The Spanish Tragedy is an Elizabethan drama, which some believe may have been a precursor and influence on Hamlet. Like Shakespeare’s better known play, Kyd’s tragedy features a ghost bent on revenge, characters suffering from indecision and madness, and a play-within-a-play which entraps a murderer.
A brief war between Spain and Portugal leads to the death of Don Andrea. The play opens with his ghost recalling his experiences in the underworld and getting permission from Proserpina, the Queen of the Dead, to return to the mortal realm with the allegorical figure of Revenge. They then serve throughout the play as a chorus to comment on the transpiring events of the play with Don Andrea hoping that Balthazar, his murderer, will get his comeuppance. We then return to shortly after the battle is finished. Horatio and Lorenzo have captured Balthazar, the prince of Portugal and Don Andrea’s murderer. Balthazar is taken back to Spain where he is held for ransom, but is treated as an honored guest of Lorenzo and the two soon befriend each other. Meanwhile, Lorenzo’s sister, Bel-imperia, mourns the death of her beloved Don Andrea, but she soon falls in love with Horatio. Balthazar also falls in love with Bel-Imperia. With the help of the Lorenzo and a servant named Pedringano they learn about Bel-Imperia’s love for Horatio, which they see as the primary impediment to Balthazar’s chances with her. They conspire to kill Horatio. He and Bel-Imperia rendezvous in his father’s grove to share their love, but Pedringano betrays their location and Horatio is killed by the two conspirators. Hieronomo, his father, comes to check out the ruckus caused by this event only to find his dead son in the grove. Hieronomo and his wife Isabel descend into a fit of madness over the loss of their son. Hieronimo soon learns the truth of what happened and conspires with Bel-Imperia to get revenge for his son, convincing Lorenzo and Balthazar to participate in a play that bears a similar story line of love and betrayal to his son’s real life experience, and during the play takes his revenge by killing them.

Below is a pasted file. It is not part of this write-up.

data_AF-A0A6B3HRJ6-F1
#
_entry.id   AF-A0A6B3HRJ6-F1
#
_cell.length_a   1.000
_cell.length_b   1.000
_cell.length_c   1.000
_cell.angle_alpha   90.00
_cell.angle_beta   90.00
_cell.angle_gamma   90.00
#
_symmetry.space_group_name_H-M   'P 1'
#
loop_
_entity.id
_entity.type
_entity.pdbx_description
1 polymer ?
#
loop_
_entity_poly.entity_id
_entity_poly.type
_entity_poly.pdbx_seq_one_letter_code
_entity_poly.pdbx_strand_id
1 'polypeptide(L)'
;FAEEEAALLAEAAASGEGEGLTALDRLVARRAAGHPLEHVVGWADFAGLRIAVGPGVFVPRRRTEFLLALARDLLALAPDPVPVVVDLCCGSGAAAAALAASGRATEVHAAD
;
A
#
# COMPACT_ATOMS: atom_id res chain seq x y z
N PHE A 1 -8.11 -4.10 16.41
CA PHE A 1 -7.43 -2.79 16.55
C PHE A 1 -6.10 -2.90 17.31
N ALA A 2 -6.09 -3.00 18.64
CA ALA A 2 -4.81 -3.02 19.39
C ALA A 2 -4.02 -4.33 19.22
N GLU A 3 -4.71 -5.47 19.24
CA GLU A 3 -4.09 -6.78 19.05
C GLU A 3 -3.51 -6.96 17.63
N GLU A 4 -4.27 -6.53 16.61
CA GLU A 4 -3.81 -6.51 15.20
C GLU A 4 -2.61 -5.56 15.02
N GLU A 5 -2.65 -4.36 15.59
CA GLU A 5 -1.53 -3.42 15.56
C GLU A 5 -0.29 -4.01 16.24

While the similarities of some elements to Hamlet have been noted, a major difference of this plot line is that it is a father attempting to avenge a son’s death rather than the reverse situation. Kyd’s play lacks the depth of character that Shakespeare develops in his plays. Although there are some pretty rhetorical flourishes in the play and some good poetic writing, there is never any line or speech in the play that comes anywhere near Shakespeare’s talent when the Bard is at his best. The play abounds with Classical Allusions to various Greek myths and figures and its revenge oriented plot is places it in the same tradition as Seneca’s plays.
Despite the ghost’s desire for revenge at the beginning of the play, there is a sense of tranquility when we first meet the other characters. Horatio is honored for his valor and capture of Balthazar. The same with Lorenzo. When Horatio is eventually slaughtered the play emphasizes his innocence. He really has done nothing wrong to Lorenzo or Balthazar, except loved Bel-Imperia. We learn, too, that Don Andrea went to war and attempted to prove his valor by putting himself in the thick of the battle in order to prove his worthiness to love someone like Bel-Imperia, which the play hints was above his station, despite being a member of the nobility himself. Even Balthazar ends up in the play that will lead to his death as an entertainment for the King of Spain and his father, the King of Portugal, who is there for his betrothal to Bel-Imperia. These three examples of ill-fated lovers suggests that Bel-Imperia’s love leads people to their deaths. So one message of the play seems to be a warning that one should be careful who they fall in love with, especially if that love gains the disapproval of those in positions of power. Revenge is obviously another theme. Revenge in the allegorical form that converses with the impatient Don Andrea is patient. Hieronimo who serves as marshal and a justice for the king comes to see revenge as an equivalent to justice, justifying his actions as good rather than evil. In his mind by taking revenge, he is getting justice for his son.